2003 WI App 18


court of appeals of wisconsin

published opinion



Case No.:



Complete Title of Case:

†Petition for Review Filed



State of Wisconsin,






James S. Riedel,







Opinion Filed:

December 26, 2002

Submitted on Briefs: 

November 12, 2002






Nettesheim, P.J., Anderson and Snyder, JJ.










On behalf of the defendant-appellant, the cause was submitted on the brief of Ralph A. Kalal, of Kalal & Associates, of Monona. 






On behalf of the plaintiff-respondent, the cause was submitted on the brief of Phillip A. Koss, district attorney, and Diane M. Resch, assistant district attorney, for Walworth county. 










December 26, 2002


Cornelia G. Clark

Clerk of Court of Appeals



2003 WI App 18





This opinion is subject to further editing.  If published, the official version will appear in the bound volume of the Official Reports. 


A party may file with the Supreme Court a petition to review an adverse decision by the Court of Appeals.  See Wis. Stat. § 808.10 and Rule 809.62. 





Appeal No. 



Cir. Ct. No.  01-CT-26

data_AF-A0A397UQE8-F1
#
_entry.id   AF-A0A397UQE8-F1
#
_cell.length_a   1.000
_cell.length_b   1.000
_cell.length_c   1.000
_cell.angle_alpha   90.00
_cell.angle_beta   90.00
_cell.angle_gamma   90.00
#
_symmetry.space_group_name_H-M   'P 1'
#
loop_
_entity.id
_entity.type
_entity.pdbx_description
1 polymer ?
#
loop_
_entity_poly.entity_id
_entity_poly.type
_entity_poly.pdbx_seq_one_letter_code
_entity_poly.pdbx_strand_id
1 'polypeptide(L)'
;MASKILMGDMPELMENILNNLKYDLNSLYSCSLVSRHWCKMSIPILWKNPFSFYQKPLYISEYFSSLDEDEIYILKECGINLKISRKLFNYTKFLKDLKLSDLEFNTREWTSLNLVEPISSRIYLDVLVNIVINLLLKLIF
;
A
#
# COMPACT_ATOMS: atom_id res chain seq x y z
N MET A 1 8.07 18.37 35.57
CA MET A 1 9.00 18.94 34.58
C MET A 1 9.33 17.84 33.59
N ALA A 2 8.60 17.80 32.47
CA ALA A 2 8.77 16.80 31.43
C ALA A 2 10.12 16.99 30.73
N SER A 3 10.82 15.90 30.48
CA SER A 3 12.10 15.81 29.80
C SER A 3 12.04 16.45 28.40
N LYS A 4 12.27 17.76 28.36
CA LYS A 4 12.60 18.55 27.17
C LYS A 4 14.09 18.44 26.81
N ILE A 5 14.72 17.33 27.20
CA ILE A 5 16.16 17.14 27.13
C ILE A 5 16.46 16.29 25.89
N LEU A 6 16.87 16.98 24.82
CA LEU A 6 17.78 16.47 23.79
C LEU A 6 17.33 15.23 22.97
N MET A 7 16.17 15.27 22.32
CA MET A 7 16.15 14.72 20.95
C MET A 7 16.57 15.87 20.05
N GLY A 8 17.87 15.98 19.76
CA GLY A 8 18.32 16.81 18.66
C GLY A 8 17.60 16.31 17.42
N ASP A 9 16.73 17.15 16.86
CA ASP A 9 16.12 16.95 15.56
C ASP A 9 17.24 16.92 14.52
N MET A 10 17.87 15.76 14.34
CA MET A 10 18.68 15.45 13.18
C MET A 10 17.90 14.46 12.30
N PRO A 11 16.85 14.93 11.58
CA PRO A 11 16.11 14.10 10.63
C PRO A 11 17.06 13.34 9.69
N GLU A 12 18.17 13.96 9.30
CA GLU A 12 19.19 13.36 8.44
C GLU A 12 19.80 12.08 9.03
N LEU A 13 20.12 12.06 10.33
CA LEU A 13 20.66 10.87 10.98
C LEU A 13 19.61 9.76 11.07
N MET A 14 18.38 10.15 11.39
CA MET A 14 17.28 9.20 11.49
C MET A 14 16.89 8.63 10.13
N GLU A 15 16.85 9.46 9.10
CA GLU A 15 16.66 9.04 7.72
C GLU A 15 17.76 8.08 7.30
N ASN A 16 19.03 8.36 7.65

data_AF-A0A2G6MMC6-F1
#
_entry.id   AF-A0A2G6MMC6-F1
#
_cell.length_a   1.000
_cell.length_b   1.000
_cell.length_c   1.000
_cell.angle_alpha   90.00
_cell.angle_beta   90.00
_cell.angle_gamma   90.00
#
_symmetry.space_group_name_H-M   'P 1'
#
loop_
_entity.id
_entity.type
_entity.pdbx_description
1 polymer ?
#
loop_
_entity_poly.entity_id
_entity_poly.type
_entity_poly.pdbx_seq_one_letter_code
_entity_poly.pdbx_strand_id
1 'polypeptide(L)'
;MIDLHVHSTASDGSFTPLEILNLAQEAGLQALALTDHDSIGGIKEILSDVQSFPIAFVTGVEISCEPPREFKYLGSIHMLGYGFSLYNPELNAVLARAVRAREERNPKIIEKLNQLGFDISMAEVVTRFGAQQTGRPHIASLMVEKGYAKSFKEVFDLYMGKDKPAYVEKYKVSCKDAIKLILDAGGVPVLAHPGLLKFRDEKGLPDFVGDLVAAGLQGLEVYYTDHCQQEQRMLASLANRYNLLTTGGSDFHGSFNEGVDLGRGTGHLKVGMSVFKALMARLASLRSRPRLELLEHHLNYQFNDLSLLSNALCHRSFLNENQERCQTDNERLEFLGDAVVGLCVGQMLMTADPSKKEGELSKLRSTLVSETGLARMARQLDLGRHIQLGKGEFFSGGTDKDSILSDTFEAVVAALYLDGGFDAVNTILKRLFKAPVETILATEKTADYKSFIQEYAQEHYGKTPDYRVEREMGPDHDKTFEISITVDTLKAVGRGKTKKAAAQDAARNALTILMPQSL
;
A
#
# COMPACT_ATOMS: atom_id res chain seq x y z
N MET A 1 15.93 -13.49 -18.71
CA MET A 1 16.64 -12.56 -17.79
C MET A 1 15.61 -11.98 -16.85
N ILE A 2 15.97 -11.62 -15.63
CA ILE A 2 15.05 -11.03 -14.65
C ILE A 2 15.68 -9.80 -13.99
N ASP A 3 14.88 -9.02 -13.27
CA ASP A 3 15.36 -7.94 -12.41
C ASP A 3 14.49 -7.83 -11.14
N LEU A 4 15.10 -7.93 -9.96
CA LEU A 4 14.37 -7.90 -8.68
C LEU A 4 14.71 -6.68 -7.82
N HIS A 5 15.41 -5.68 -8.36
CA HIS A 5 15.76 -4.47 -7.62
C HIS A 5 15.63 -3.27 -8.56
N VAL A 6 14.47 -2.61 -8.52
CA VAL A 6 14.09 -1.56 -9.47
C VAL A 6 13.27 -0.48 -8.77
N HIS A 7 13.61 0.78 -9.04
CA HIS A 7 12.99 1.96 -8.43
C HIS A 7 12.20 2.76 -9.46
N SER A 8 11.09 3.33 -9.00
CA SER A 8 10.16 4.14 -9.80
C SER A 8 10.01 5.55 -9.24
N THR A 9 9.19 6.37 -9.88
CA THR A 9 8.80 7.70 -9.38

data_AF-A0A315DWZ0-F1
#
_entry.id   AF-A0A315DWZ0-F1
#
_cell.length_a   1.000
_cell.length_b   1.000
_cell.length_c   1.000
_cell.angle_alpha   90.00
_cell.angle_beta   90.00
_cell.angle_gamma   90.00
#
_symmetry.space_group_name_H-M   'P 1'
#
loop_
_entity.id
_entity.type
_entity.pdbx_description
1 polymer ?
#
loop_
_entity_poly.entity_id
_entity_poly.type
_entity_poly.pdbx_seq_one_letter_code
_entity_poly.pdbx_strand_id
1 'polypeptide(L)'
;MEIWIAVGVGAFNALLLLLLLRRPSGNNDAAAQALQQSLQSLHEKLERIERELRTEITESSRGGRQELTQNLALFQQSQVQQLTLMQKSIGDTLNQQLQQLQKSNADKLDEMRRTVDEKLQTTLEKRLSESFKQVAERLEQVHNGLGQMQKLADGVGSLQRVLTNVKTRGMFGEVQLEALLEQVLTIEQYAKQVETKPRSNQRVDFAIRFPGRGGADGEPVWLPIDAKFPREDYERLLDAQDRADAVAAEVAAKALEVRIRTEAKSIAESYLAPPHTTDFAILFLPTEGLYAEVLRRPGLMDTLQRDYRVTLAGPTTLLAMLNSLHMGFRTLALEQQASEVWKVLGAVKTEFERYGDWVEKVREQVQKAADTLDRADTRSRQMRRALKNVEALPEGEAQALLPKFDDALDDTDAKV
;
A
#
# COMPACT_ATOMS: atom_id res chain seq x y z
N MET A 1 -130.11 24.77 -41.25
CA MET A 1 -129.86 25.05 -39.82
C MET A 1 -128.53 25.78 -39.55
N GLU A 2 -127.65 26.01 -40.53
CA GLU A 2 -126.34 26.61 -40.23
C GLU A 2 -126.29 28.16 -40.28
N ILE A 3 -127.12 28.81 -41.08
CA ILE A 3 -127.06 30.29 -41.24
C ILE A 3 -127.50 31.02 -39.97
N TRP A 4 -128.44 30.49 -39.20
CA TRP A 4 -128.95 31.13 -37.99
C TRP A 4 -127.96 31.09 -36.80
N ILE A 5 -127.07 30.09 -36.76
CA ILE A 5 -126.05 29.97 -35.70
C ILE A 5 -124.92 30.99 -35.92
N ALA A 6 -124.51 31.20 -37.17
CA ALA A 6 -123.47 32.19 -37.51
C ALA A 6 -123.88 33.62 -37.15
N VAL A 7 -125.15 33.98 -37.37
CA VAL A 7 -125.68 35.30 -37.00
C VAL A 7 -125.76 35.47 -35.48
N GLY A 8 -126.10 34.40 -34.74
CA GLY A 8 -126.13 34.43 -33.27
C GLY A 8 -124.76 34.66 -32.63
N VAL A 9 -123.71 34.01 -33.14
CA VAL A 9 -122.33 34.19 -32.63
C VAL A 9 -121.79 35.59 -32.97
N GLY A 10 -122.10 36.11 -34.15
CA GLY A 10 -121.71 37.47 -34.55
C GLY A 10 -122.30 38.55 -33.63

State of Wisconsin,






James S. Riedel,







            APPEAL from a judgment of the circuit court for Walworth County:  robert j. kennedy, Judge.  Affirmed.

            Before Nettesheim, P.J., Anderson and Snyder, JJ.

1                        NETTESHEIM, P.J.   James S. Riedel appeals from a judgment of conviction for operating a motor vehicle while intoxicated (OWI) contrary to Wis. Stat. § 346.63(1)(a) (1999-2000).[1]  Riedel argues that the trial court erred in denying his motion to suppress evidence resulting from the analysis of his blood sample drawn without his consent following his arrest.  Specifically, Riedel argues that the police were required to obtain a search warrant before submitting his blood sample for testing.  We reject Riedel’s argument and affirm the judgment.